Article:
Vascular structure — a network of convective paths — is a ubiquitous element in multicellular, living systems. The key function of vascular structure in animals and plants is mediation of convective mass transfer over macroscopic distances; this transfer allows an organism to monitor and control the chemical state of its tissues. In our laboratory, we are developing methods to embed and operate microfluidic systems within tissue-like materials in order to capture this function for both biological and non-biological applications. I will present two examples to illustrate our efforts: 1) Capillary beds for the culture of mammalian cells in three-dimensions. In this section, I will discuss the development of methods both to fabricate synthetic capillary beds and to grow them directly out of endothelial cells. I will highlight how simple ideas from continuum mechanics and material science have guided our efforts. 2) Synthetic xylem networks that allow for the transpiration of water at large negative pressures. I will point out the unusual thermodynamic and transport phenomena that are involved in the transpiration process in plants. I will then present our perspectives on the design criteria for systems — synthetic and biological — that mediate this process. Finally, I will describe our experiments with “synthetic trees” in which we have reproduced the main features of transpiration. I will conclude with perspectives on applications and generalizations of both these classes of vascularized materials.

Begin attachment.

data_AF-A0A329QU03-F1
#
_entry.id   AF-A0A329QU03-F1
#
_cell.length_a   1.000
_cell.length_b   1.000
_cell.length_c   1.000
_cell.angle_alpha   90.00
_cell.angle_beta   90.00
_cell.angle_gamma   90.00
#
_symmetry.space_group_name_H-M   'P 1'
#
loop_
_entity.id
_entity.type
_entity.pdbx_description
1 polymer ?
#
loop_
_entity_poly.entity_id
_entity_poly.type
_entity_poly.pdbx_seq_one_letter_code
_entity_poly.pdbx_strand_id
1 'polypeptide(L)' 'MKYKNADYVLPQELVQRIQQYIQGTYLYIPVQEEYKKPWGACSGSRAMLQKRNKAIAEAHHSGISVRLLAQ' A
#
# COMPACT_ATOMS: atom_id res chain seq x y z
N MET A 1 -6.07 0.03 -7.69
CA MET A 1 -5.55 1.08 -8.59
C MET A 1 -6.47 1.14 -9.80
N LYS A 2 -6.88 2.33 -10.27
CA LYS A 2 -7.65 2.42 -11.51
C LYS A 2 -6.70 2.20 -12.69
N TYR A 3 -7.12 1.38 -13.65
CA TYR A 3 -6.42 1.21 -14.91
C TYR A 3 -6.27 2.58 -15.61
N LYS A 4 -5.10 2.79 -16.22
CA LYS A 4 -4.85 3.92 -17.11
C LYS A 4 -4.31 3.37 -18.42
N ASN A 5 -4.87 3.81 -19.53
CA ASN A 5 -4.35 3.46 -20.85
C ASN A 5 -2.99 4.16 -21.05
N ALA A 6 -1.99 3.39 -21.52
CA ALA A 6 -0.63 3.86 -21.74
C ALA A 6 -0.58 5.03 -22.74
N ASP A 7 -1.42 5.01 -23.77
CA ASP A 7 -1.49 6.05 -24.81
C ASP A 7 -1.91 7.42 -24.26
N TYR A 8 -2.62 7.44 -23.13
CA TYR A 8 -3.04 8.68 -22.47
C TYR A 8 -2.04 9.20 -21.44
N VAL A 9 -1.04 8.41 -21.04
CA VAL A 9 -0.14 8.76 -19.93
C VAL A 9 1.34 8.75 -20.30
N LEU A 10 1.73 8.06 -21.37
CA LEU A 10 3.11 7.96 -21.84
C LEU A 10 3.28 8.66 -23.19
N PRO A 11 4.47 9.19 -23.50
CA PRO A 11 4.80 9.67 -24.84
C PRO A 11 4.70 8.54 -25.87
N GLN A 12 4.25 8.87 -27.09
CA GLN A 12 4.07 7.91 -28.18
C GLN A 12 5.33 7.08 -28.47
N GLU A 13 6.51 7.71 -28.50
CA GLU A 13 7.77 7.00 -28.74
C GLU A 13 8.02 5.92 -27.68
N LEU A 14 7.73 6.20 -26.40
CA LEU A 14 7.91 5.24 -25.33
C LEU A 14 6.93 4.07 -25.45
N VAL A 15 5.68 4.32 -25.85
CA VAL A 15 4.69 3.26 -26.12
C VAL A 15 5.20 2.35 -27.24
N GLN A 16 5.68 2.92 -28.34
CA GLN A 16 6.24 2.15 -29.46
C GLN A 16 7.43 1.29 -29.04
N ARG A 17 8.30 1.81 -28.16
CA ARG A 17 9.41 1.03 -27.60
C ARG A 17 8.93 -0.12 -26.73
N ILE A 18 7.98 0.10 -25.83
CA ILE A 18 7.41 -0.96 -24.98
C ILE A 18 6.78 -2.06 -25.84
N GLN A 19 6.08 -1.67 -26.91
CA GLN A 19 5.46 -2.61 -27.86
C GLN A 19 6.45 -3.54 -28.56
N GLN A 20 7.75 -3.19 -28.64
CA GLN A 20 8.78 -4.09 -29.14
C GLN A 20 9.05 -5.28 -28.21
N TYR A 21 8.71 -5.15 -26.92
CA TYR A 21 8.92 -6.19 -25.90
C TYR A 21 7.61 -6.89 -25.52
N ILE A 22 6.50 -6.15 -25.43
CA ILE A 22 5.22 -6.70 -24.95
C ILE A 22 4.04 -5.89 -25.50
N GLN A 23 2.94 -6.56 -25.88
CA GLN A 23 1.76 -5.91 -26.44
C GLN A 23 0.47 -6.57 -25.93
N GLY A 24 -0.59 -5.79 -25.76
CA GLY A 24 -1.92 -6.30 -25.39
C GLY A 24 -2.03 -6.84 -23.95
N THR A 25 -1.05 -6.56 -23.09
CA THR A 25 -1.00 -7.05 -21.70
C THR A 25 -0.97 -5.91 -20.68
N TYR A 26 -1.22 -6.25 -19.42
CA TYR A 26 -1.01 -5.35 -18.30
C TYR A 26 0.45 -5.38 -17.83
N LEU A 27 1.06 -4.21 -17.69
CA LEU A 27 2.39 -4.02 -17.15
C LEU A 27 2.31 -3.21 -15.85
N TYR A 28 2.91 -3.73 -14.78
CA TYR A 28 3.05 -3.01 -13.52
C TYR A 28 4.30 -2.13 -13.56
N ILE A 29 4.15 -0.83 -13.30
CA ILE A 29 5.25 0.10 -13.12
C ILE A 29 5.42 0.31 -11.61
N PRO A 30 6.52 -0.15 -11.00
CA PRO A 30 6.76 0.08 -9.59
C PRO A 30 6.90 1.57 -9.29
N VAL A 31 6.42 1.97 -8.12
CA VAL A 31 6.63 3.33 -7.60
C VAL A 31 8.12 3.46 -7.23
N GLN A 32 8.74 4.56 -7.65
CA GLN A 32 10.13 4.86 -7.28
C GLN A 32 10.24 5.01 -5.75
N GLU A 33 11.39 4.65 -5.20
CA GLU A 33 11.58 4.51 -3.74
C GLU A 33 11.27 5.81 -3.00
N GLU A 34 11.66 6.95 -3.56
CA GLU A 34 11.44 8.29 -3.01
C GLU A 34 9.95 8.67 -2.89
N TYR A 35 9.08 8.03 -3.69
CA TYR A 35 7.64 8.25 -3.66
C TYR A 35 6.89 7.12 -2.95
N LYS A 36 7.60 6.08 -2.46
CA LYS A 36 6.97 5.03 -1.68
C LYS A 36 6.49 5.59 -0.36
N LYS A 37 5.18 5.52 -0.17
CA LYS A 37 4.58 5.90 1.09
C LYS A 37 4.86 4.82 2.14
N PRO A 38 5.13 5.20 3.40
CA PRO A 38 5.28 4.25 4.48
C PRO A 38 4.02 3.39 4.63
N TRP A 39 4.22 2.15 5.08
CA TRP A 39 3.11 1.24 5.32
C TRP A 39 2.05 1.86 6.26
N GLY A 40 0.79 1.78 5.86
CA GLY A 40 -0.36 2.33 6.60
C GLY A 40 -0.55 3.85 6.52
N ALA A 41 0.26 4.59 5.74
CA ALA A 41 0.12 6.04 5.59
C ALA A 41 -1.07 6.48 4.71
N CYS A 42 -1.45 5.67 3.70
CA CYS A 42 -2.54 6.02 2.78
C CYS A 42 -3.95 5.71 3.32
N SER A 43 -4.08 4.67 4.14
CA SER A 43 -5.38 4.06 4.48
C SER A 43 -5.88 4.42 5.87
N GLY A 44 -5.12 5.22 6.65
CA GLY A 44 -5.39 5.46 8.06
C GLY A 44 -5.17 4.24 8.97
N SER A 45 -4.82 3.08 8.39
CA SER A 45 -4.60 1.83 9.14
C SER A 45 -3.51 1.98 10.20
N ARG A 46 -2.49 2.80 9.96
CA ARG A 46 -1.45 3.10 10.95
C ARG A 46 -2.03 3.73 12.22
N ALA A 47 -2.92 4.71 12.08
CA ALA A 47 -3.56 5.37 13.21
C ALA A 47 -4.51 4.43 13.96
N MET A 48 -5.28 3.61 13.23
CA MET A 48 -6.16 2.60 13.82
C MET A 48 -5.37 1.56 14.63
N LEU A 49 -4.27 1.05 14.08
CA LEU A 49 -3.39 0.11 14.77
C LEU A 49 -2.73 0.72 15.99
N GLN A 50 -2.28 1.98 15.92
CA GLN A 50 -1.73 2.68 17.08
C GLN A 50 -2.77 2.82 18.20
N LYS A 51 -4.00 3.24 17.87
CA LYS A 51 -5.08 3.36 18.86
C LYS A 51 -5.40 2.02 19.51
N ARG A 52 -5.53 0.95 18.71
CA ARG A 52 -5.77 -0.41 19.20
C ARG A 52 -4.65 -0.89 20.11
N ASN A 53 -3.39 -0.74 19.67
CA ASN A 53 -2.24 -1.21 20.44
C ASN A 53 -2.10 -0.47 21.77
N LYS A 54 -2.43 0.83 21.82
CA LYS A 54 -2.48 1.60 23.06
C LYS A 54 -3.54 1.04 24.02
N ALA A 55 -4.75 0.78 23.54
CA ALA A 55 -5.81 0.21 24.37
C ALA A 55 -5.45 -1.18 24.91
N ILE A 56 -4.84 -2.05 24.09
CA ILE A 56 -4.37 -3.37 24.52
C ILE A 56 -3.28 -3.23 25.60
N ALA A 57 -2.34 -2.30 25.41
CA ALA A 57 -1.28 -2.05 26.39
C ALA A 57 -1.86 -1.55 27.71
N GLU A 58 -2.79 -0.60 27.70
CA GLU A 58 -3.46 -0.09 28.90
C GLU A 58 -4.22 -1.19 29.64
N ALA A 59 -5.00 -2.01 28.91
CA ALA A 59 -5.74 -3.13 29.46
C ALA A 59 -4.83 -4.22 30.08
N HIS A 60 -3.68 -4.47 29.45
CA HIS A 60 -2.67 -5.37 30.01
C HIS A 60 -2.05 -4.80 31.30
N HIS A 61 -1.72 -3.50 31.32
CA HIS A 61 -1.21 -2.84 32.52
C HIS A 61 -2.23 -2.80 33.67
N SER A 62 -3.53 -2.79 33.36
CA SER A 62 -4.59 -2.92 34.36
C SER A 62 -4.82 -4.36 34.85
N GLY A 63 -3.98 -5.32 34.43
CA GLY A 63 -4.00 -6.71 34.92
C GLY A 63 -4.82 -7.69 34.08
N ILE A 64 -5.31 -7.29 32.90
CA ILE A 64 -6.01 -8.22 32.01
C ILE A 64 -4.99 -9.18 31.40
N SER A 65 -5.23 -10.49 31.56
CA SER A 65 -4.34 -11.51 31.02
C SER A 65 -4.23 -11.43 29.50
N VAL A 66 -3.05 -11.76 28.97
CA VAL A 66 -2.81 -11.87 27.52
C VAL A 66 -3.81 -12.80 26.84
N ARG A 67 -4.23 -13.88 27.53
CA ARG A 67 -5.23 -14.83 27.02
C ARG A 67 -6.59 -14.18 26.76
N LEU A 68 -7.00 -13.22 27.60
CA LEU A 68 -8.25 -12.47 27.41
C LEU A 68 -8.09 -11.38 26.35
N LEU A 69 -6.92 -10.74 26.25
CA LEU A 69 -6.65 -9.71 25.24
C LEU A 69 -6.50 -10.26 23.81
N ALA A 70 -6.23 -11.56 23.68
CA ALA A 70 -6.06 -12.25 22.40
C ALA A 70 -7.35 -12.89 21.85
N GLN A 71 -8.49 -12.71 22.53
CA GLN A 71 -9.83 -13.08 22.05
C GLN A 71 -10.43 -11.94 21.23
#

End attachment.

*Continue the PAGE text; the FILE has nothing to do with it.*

- Nanotechnology Institute
Microvascular Structure and Function in Vitro
- Views Icon Views
- Share Icon Share
- Search Site
Stroock, AD, Choi, NW, Wheeler, TD, Cross, V, Verbridge, S, Fischbach, C, & Bonassar, LJ. "Microvascular Structure and Function in Vitro." Proceedings of the ASME 2009 7th International Conference on Nanochannels, Microchannels, and Minichannels. ASME 2009 7th International Conference on Nanochannels, Microchannels and Minichannels. Pohang, South Korea. June 22–24, 2009. pp. 1195-1202. ASME. https://doi.org/10.1115/ICNMM2009-82124
Download citation file: